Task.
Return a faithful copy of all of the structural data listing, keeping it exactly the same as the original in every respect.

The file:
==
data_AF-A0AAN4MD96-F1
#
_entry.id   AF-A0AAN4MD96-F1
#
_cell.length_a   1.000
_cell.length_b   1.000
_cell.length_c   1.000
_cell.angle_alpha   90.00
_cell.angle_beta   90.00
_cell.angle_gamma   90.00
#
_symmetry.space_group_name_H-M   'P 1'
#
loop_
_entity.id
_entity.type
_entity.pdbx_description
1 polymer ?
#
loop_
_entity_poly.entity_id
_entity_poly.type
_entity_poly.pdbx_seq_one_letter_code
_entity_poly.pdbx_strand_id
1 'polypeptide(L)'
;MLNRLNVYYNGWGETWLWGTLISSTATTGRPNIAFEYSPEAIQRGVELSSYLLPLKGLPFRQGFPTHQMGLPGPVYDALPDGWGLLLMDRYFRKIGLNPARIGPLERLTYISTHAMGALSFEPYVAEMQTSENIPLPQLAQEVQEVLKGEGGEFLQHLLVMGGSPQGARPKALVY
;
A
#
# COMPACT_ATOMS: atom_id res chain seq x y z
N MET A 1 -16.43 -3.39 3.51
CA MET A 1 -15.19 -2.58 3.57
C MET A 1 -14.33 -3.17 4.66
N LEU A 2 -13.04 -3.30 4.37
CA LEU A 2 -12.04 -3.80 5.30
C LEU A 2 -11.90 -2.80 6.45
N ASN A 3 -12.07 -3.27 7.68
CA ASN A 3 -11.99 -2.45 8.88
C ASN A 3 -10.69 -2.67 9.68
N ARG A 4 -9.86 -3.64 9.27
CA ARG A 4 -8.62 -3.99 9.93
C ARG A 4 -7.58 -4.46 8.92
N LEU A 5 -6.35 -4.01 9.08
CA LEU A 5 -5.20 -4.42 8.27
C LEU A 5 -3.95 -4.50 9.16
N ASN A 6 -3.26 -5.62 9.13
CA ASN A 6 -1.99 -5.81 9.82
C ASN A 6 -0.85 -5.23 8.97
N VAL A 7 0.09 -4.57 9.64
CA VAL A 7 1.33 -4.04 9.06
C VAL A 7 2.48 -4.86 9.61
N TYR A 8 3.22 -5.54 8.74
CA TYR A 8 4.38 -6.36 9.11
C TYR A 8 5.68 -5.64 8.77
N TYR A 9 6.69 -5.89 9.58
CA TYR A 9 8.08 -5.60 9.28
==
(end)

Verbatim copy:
data_AF-A0AAN4MD96-F1
#
_entry.id   AF-A0AAN4MD96-F1
#
_cell.length_a   1.000
_cell.length_b   1.000
_cell.length_c   1.000
_cell.angle_alpha   90.00
_cell.angle_beta   90.00
_cell.angle_gamma   90.00
#
_symmetry.space_group_name_H-M   'P 1'
#
loop_
_entity.id
_entity.type
_entity.pdbx_description
1 polymer ?
#
loop_
_entity_poly.entity_id
_entity_poly.type
_entity_poly.pdbx_seq_one_letter_code
_entity_poly.pdbx_strand_id
1 'polypeptide(L)'
;MLNRLNVYYNGWGETWLWGTLISSTATTGRPNIAFEYSPEAIQRGVELSSYLLPLKGLPFRQGFPTHQMGLPGPVYDALPDGWGLLLMDRYFRKIGLNPARIGPLERLTYISTHAMGALSFEPYVAEMQTSENIPLPQLAQEVQEVLKGEGGEFLQHLLVMGGSPQGARPKALVY
;
A
#
# COMPACT_ATOMS: atom_id res chain seq x y z
N MET A 1 -16.43 -3.39 3.51
CA MET A 1 -15.19 -2.58 3.57
C MET A 1 -14.33 -3.17 4.66
N LEU A 2 -13.04 -3.30 4.37
CA LEU A 2 -12.04 -3.80 5.30
C LEU A 2 -11.90 -2.80 6.45
N ASN A 3 -12.07 -3.27 7.68
CA ASN A 3 -11.99 -2.45 8.88
C ASN A 3 -10.69 -2.67 9.68
N ARG A 4 -9.86 -3.64 9.27
CA ARG A 4 -8.62 -3.99 9.93
C ARG A 4 -7.58 -4.46 8.92
N LEU A 5 -6.35 -4.01 9.08
CA LEU A 5 -5.20 -4.42 8.27
C LEU A 5 -3.95 -4.50 9.16
N ASN A 6 -3.26 -5.62 9.13
CA ASN A 6 -1.99 -5.81 9.82
C ASN A 6 -0.85 -5.23 8.97
N VAL A 7 0.09 -4.57 9.64
CA VAL A 7 1.33 -4.04 9.06
C VAL A 7 2.48 -4.86 9.61
N TYR A 8 3.22 -5.54 8.74
CA TYR A 8 4.38 -6.36 9.11
C TYR A 8 5.68 -5.64 8.77
N TYR A 9 6.69 -5.89 9.58
CA TYR A 9 8.08 -5.60 9.28